How to build a Successful Advanced Analytics Department
This article presents our opinions and suggestions on how an Advanced Analytics department should operate. We hope this will be useful for those who want to implement analytics work in their company, as well as for existing departments.
The tasks are different because estimating the full project scope up-front is impossible. Research is based on iterative hypothesis validation and incremental steps forward. What an Advanced Analytics department could commit to is to validate certain hypothesis in a given time frame, but not to build a model on a given precision or accuracy in a fixed time period.
It’s worth reiterating that software development of any kind is not a completely predictable process. There is a wide array of methodologies that help lead engineering projects more effectively and efficiently. At Appsilon Data Science we are fans of the Scrum methodology. It has proven very effective in our past and ongoing projects and can be adapted to Research resulting in a consistent project management. Download our Scrum for Data Science Free E-book if you want to learn more.
Get the right skills onboard
If you have adequately met the three points listed, then the fourth will be much easier. You will not need advanced Deep Learning or complex statistics if your project is Descriptive or Diagnostic. What you will need is someone adept at data processing, modeling, and reporting. Projects that have a significant portion of software development can have an experienced programmer with data processing skills at its core. This is obvious but it’s important to hire talented individuals as they will in many ways: build your team, determine your technology stack and build your analytics culture. Talented individuals have the inherent nature of attracting other talented individuals who want learn from them.
How not to fail
Even if you get everything right, there is still the risk of failure. We don’t have a silver bullet, but we know that anything below drastically increases your odds of failure.
“There is nothing so useless as doing efficiently that which should not be done at all.” Peter Drucker
The way you measure your Advanced Analytics department will have a significant impact on their method of work.
A team working on one model such as a recommendation engine can use precision and recall as appropriate metrics for such a model. An alternative metric could be validating a given hypothesis. Both of these will not only affect the nature of the work and team morale but also the way in which management will view the team.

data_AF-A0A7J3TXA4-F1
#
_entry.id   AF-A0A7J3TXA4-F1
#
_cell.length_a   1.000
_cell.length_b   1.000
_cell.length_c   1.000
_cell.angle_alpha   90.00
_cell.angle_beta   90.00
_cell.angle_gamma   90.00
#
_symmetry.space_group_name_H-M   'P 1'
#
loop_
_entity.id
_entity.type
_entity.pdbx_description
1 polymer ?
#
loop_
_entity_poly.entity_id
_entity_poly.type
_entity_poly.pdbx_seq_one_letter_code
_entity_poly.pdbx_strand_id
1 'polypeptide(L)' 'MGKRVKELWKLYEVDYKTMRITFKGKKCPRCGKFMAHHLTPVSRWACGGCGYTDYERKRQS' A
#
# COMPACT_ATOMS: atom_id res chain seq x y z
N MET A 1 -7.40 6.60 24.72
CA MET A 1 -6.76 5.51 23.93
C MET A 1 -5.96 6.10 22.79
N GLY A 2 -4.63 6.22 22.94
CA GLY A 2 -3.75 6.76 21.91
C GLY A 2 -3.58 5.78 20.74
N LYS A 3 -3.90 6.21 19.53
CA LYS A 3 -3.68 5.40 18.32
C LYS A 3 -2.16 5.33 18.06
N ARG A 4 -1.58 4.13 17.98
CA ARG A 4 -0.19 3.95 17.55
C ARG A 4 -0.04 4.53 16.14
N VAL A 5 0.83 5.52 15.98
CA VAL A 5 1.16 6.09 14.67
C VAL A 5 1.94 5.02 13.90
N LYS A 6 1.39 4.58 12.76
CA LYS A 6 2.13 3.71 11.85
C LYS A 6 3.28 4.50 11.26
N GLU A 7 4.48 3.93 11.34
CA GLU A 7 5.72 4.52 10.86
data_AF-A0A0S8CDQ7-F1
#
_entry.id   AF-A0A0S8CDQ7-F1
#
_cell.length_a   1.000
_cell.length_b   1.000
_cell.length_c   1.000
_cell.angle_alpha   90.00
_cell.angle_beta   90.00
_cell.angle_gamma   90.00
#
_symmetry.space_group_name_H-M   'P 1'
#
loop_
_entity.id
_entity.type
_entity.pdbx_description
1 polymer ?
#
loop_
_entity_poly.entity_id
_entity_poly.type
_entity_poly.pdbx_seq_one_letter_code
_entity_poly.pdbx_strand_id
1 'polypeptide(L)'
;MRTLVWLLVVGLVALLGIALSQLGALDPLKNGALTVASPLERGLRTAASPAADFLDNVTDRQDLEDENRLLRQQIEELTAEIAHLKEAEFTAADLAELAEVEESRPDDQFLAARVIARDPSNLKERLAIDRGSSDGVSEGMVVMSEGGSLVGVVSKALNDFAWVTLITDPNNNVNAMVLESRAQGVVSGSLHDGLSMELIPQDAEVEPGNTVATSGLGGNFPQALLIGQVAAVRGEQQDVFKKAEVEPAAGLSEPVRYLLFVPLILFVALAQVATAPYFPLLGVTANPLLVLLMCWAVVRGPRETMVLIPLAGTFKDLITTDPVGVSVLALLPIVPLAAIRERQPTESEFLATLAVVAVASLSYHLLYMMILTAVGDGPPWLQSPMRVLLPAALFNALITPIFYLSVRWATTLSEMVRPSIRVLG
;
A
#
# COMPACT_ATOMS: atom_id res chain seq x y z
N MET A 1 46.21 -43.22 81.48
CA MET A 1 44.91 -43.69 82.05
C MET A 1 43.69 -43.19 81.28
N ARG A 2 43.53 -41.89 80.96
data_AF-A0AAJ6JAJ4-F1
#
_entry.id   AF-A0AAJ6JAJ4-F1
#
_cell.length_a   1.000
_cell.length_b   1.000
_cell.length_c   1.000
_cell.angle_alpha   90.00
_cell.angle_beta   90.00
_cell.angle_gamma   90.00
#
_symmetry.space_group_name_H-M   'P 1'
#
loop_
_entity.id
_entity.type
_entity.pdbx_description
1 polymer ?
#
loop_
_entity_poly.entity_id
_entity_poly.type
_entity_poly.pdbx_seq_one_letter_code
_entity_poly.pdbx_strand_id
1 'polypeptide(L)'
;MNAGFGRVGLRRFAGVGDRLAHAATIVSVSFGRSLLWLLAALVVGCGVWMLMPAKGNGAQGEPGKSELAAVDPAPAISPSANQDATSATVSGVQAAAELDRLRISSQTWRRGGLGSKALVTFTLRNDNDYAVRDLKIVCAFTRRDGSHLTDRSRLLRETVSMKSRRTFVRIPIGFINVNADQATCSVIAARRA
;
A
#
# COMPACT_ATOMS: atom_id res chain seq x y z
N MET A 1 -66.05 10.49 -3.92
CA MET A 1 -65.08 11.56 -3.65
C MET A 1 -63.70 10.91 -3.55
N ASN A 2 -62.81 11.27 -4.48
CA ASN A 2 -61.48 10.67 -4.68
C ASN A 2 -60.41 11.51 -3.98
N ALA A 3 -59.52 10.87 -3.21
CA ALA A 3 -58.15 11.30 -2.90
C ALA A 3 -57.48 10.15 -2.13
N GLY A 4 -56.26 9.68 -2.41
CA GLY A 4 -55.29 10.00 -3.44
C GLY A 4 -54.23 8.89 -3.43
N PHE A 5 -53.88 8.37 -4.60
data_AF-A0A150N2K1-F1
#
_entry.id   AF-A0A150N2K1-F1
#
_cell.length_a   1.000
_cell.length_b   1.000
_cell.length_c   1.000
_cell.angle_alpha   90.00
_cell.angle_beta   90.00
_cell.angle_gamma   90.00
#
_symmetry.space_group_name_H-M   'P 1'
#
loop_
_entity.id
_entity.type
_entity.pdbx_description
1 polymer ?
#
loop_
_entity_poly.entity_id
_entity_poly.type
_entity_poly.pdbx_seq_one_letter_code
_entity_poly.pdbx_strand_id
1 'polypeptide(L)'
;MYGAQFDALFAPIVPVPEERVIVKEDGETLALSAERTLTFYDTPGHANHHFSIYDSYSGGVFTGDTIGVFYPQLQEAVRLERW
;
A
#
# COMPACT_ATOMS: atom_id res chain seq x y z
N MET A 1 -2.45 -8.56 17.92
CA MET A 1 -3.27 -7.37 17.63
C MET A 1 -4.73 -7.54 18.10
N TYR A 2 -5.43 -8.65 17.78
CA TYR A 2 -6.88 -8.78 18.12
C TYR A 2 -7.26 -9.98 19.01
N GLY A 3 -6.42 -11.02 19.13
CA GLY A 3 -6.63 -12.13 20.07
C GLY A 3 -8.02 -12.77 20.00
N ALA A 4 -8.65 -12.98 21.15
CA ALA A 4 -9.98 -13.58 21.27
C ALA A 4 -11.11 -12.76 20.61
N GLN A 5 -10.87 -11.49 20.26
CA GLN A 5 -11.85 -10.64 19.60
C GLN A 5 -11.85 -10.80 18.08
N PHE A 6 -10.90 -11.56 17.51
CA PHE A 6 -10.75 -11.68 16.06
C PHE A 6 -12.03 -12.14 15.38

Make sure you can use that data
It is unfortunate to see AA work put on hold as a result of not following data processing regulations and legislature. These situations are not uncommon; we expect their number to grow when GDPR comes into effect.
Wishful thinking goals
Going for revolution instead of evolution is not a good idea. Research quality will suffer if the team experiences communication difficulties or is given unrealistic expectations from stakeholders. An example includes setting required model performance rates up front. Such a rate can be known if there are adequate business arguments but such rates should be considered a goal to aspire to.
Another example of such behavior is when the team tries to create something that is completely beyond their capabilities or experience. For example, a company at a Descriptive level would like to jump to a Prescriptive level. Such wide jumps inherently include a much larger risk but also tend to be much more expensive.
Thinking that Excel is Advanced Analytics
The last issue is the most common. Thankfully, the communities awareness of advanced analytics is growing quickly but there are still cases when individuals are overly anxious about moving away from spreadsheets. The number of solutions is large, but it is worth investing some time up-front. The open source ecosystem is very large; one does not have to look very long to find a much better alternative.
The number of problems associated with spreadsheets is as long as the number of benefits. We understand that spreadsheets can often be useful, but we find it difficult to imagine that, for example, a responsible approach to reproducible research would include spreadsheet calculations.
Wrapping things up
I trust that the advice you’ve read will be useful for you. We are always open to discuss how this can help your organization. If you know of situations where other solutions have proven useful, then let us know in the comments.
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Original. Reposted with permission.
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